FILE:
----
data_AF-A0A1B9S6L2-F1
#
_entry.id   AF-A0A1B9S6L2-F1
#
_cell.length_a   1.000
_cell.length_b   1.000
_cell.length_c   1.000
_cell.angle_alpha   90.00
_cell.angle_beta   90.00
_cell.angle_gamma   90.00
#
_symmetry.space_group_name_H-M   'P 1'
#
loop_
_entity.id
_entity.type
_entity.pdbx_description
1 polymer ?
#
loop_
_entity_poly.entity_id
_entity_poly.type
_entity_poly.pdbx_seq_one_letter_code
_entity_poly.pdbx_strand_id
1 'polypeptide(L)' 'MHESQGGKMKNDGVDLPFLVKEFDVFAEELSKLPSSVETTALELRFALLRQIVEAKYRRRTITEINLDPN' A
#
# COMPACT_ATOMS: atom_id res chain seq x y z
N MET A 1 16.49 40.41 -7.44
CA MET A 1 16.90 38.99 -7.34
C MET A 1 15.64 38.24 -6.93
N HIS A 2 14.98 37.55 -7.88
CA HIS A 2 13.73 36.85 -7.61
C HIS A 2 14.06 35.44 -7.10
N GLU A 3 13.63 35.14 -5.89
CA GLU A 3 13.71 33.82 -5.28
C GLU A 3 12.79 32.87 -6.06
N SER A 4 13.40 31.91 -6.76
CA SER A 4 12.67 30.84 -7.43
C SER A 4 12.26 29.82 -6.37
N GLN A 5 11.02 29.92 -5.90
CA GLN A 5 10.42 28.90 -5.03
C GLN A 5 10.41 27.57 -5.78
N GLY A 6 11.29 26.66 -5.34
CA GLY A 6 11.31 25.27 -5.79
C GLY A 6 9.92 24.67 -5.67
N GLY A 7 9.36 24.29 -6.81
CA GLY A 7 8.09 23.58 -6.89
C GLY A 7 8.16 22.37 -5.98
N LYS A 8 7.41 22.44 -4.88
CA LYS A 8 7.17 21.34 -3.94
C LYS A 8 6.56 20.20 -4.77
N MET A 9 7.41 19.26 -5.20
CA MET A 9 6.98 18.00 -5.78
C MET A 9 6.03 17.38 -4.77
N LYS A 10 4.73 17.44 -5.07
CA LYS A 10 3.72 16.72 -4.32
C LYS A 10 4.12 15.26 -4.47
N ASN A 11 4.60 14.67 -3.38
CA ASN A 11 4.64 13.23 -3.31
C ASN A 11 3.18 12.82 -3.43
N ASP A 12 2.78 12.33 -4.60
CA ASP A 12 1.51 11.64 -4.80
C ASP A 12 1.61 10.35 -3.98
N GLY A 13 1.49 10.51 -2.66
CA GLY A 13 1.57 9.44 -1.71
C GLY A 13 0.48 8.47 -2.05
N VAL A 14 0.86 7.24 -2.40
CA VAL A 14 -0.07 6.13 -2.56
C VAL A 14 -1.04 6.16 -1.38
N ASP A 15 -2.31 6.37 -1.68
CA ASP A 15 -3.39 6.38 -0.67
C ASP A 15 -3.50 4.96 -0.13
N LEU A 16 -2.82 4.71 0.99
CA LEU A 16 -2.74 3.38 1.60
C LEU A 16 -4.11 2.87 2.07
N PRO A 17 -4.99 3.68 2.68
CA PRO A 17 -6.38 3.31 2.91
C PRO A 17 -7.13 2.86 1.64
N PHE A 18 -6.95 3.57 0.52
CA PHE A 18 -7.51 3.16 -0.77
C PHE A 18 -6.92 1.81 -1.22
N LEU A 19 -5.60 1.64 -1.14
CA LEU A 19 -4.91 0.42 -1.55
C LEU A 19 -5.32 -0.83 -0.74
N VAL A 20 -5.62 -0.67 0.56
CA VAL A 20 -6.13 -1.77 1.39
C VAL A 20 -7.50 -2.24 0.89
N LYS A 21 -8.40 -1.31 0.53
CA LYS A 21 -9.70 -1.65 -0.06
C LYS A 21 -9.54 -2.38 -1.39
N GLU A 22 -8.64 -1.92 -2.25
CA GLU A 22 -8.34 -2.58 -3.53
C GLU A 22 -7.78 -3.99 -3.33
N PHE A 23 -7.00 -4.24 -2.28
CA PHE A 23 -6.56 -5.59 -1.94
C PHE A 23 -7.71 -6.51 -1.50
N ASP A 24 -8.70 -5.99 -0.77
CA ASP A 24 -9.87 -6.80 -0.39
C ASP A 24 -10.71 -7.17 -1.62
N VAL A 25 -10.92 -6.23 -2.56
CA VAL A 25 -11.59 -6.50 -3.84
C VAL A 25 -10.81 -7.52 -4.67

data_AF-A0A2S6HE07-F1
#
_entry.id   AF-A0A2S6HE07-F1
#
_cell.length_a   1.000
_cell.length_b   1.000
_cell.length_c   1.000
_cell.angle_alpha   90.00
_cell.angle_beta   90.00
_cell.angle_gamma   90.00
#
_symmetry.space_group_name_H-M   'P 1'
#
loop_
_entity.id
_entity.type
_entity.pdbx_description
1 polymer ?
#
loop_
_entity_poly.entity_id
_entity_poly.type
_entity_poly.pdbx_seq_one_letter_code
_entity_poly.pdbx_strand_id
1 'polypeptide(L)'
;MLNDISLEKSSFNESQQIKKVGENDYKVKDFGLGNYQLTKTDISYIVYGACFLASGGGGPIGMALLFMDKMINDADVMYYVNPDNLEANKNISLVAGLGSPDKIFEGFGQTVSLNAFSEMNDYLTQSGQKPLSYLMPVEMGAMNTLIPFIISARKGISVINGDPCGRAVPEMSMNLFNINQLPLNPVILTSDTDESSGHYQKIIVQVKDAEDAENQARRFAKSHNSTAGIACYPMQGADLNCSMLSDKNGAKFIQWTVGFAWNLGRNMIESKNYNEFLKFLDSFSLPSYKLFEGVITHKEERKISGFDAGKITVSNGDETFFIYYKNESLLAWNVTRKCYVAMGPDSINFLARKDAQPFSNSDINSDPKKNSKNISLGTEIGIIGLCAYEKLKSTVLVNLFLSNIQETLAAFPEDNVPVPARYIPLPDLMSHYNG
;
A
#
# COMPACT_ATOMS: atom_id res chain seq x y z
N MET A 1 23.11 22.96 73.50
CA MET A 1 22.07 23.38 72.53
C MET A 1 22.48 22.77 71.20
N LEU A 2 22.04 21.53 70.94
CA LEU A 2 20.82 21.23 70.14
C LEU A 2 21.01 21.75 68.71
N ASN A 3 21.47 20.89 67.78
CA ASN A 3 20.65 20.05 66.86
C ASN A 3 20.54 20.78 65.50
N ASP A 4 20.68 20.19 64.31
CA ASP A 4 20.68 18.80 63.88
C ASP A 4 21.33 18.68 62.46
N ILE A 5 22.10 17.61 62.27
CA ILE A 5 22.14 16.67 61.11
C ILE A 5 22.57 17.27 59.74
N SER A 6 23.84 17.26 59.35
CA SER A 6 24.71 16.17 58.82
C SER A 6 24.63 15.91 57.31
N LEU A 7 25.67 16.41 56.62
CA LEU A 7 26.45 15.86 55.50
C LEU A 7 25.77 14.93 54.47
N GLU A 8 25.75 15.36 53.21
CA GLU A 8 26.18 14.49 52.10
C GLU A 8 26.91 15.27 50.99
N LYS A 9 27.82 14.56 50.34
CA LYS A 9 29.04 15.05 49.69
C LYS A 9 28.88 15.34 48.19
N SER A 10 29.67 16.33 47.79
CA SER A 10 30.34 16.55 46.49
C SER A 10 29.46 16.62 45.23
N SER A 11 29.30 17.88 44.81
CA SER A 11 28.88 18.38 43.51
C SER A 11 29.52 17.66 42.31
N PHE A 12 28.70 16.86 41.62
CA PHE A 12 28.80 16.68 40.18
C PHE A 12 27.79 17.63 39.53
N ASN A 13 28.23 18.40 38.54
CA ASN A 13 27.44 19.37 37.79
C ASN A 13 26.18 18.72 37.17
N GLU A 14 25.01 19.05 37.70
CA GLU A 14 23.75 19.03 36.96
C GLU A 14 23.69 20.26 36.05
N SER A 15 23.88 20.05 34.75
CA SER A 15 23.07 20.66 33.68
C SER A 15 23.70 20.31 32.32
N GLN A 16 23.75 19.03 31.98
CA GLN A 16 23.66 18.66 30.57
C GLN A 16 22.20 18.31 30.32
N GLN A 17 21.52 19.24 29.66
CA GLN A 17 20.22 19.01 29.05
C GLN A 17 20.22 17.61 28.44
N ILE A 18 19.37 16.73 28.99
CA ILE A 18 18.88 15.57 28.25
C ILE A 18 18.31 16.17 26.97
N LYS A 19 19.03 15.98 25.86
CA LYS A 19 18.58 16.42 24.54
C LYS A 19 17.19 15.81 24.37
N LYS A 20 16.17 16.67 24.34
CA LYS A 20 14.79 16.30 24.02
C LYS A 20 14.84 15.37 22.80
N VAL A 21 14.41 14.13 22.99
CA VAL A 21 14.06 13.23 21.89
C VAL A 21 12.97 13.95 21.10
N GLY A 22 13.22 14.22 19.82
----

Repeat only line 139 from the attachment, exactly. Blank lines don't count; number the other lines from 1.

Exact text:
N ASN A 3 21.47 20.89 67.78